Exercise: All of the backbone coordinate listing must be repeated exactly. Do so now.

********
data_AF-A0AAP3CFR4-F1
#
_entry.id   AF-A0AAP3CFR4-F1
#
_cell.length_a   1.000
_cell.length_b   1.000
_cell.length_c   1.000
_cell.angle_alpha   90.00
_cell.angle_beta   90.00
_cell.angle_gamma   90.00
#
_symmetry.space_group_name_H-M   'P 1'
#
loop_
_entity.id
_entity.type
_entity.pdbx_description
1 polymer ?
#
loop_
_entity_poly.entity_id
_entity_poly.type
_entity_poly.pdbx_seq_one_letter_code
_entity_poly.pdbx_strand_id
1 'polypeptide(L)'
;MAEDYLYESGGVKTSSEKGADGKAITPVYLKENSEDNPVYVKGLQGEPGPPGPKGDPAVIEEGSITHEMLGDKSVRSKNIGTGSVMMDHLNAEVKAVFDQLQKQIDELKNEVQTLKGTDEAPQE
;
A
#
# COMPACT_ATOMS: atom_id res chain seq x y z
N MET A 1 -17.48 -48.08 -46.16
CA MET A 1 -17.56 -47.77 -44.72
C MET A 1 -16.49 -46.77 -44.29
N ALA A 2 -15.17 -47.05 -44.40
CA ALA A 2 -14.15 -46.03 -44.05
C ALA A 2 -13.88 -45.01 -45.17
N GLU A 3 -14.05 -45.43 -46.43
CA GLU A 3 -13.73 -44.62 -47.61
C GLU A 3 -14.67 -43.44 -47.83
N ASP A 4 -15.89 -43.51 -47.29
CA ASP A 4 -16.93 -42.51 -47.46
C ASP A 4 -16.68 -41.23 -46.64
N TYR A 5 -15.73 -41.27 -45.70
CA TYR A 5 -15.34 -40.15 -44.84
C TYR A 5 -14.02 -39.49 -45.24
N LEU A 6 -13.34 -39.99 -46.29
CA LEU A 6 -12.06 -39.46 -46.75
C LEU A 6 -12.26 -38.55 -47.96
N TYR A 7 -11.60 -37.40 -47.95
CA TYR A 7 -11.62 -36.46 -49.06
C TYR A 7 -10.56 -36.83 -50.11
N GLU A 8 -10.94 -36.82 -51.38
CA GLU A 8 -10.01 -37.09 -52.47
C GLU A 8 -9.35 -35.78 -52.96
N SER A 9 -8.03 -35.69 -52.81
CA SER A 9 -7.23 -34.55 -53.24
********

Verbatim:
data_AF-A0AAP3CFR4-F1
#
_entry.id   AF-A0AAP3CFR4-F1
#
_cell.length_a   1.000
_cell.length_b   1.000
_cell.length_c   1.000
_cell.angle_alpha   90.00
_cell.angle_beta   90.00
_cell.angle_gamma   90.00
#
_symmetry.space_group_name_H-M   'P 1'
#
loop_
_entity.id
_entity.type
_entity.pdbx_description
1 polymer ?
#
loop_
_entity_poly.entity_id
_entity_poly.type
_entity_poly.pdbx_seq_one_letter_code
_entity_poly.pdbx_strand_id
1 'polypeptide(L)'
;MAEDYLYESGGVKTSSEKGADGKAITPVYLKENSEDNPVYVKGLQGEPGPPGPKGDPAVIEEGSITHEMLGDKSVRSKNIGTGSVMMDHLNAEVKAVFDQLQKQIDELKNEVQTLKGTDEAPQE
;
A
#
# COMPACT_ATOMS: atom_id res chain seq x y z
N MET A 1 -17.48 -48.08 -46.16
CA MET A 1 -17.56 -47.77 -44.72
C MET A 1 -16.49 -46.77 -44.29
N ALA A 2 -15.17 -47.05 -44.40
CA ALA A 2 -14.15 -46.03 -44.05
C ALA A 2 -13.88 -45.01 -45.17
N GLU A 3 -14.05 -45.43 -46.43
CA GLU A 3 -13.73 -44.62 -47.61
C GLU A 3 -14.67 -43.44 -47.83
N ASP A 4 -15.89 -43.51 -47.29
CA ASP A 4 -16.93 -42.51 -47.46
C ASP A 4 -16.68 -41.23 -46.64
N TYR A 5 -15.73 -41.27 -45.70
CA TYR A 5 -15.34 -40.15 -44.84
C TYR A 5 -14.02 -39.49 -45.24
N LEU A 6 -13.34 -39.99 -46.29
CA LEU A 6 -12.06 -39.46 -46.75
C LEU A 6 -12.26 -38.55 -47.96
N TYR A 7 -11.60 -37.40 -47.95
CA TYR A 7 -11.62 -36.46 -49.06
C TYR A 7 -10.56 -36.83 -50.11
N GLU A 8 -10.94 -36.82 -51.38
CA GLU A 8 -10.01 -37.09 -52.47
C GLU A 8 -9.35 -35.78 -52.96
N SER A 9 -8.03 -35.69 -52.81
CA SER A 9 -7.23 -34.55 -53.24